Yates’s European exposure will also help the players that join the Crunch from outside North America including rookie goalie Tomas Popperle, who speaks little English.

“I know what those players are going through,” said Yates. “Their coming this way and I went that way. It’s not easy. The difference in the style of leagues that, say, Popperle has played in versus the American League. There are differences off the ice the guys will have to adjust to along with the language problem.”

Yates knows it’s part of coaching to help with the culture and living changes. “If anyone knows what they are going through it’ll be me. When I first went over I didn’t speak a word of German or Italian.” He is now fluent in German and can get by with his Italian.

“I know the ways to be successful when you go to a different country or continent. Hopefully I can pass on some of my experience and help him adapt as quickly as possible.”

Fans will also be watching our new head coach to see if he keeps up those always welcomed rivalries with our closest neighbors in Binghamton and Rochester.

“Ross is a real quality person who after putting in his time as an assistant coach is real deserving of an opportunity to be a head coach and run his own show.” said Tom Mitchell, the Binghamton Senators’ executive vice president of operations. “As a player Ross possessed great skills and was an offensive threat every time he was on the ice. We’re very happy for him.”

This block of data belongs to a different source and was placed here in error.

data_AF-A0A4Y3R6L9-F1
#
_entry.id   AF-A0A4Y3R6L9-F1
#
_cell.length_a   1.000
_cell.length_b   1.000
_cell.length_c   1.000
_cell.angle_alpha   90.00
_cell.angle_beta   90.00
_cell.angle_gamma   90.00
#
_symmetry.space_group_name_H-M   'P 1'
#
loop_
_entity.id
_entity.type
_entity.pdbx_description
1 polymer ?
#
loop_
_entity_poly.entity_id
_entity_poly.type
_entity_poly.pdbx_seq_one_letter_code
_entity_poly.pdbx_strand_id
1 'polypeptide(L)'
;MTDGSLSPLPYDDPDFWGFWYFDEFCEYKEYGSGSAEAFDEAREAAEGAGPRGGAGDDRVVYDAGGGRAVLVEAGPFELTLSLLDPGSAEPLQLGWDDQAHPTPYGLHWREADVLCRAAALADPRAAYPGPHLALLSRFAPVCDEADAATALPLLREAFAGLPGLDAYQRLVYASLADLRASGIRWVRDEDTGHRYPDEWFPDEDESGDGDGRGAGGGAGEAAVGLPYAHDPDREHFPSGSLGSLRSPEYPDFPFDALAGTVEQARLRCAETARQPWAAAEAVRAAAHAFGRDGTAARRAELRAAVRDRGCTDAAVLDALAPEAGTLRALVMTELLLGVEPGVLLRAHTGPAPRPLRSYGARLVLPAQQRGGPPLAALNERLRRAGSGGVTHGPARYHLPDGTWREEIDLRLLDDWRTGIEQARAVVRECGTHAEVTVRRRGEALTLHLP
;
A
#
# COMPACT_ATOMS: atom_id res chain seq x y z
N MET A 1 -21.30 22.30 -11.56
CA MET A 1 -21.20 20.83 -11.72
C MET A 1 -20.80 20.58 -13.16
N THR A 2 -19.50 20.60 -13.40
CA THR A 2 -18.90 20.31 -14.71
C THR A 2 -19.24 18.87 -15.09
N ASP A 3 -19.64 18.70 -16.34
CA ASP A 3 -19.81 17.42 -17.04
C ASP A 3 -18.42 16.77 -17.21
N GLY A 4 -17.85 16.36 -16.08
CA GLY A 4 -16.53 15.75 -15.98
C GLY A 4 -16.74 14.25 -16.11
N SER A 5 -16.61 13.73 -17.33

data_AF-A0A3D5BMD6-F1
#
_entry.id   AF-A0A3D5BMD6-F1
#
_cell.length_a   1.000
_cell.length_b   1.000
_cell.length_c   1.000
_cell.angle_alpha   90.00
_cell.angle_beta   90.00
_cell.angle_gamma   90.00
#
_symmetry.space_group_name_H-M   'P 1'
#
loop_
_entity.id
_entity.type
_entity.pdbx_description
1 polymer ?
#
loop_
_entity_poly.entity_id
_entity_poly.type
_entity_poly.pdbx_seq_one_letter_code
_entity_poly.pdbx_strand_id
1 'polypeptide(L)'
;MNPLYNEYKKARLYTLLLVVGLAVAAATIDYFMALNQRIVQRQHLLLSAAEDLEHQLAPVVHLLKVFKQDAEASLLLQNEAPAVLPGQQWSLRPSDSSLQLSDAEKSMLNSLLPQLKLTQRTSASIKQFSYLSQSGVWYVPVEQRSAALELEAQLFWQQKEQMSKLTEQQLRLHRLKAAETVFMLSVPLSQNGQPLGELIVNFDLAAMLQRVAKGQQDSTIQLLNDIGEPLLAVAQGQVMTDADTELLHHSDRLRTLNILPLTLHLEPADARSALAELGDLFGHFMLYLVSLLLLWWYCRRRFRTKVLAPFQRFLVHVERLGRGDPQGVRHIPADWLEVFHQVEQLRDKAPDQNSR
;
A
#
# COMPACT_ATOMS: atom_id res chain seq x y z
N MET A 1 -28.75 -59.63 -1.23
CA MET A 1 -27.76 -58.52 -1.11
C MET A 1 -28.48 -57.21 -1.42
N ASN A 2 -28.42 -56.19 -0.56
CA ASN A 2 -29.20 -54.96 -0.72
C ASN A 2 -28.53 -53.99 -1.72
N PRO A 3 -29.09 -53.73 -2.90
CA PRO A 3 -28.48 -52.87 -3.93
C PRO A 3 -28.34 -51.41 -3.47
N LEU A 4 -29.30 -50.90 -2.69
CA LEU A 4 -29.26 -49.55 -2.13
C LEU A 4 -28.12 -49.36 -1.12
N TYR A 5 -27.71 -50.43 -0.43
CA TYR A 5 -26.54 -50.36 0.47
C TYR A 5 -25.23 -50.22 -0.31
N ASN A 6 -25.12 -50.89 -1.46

When it comes to the 2006-07 season Yates hopes the fans pack the War Memorial every game.
“Syracuse fans like any other city want a winning team. The Syracuse fans’ hockey knowledge is pretty good. They want a team that competes every night and players that work hard. What we want from the fans, is to rock the house. When the War Memorial is full it’s a great place to play. It’s loud, the atmosphere is great. It’s a older building but when our building is full it’s a great place to play.”

Hands are the essence of the making of a good player and coach. How will Yates handle the players and how will the players respond. It will be symbolic how that develops throughout the season Of Ice and Men but Yates has one promise for the Lennie in all of us that love to coddle our team.

“I’ve loved the six years I have been here,” Yates said. “I think for the most part we competed hard every night and I’m going to demand that happens again. I think we have a pretty good team. I can promise that with the players we have we’re going to compete hard every night and try our best. Hopefully we can build off of last year especially in the playoffs and go a little farther.”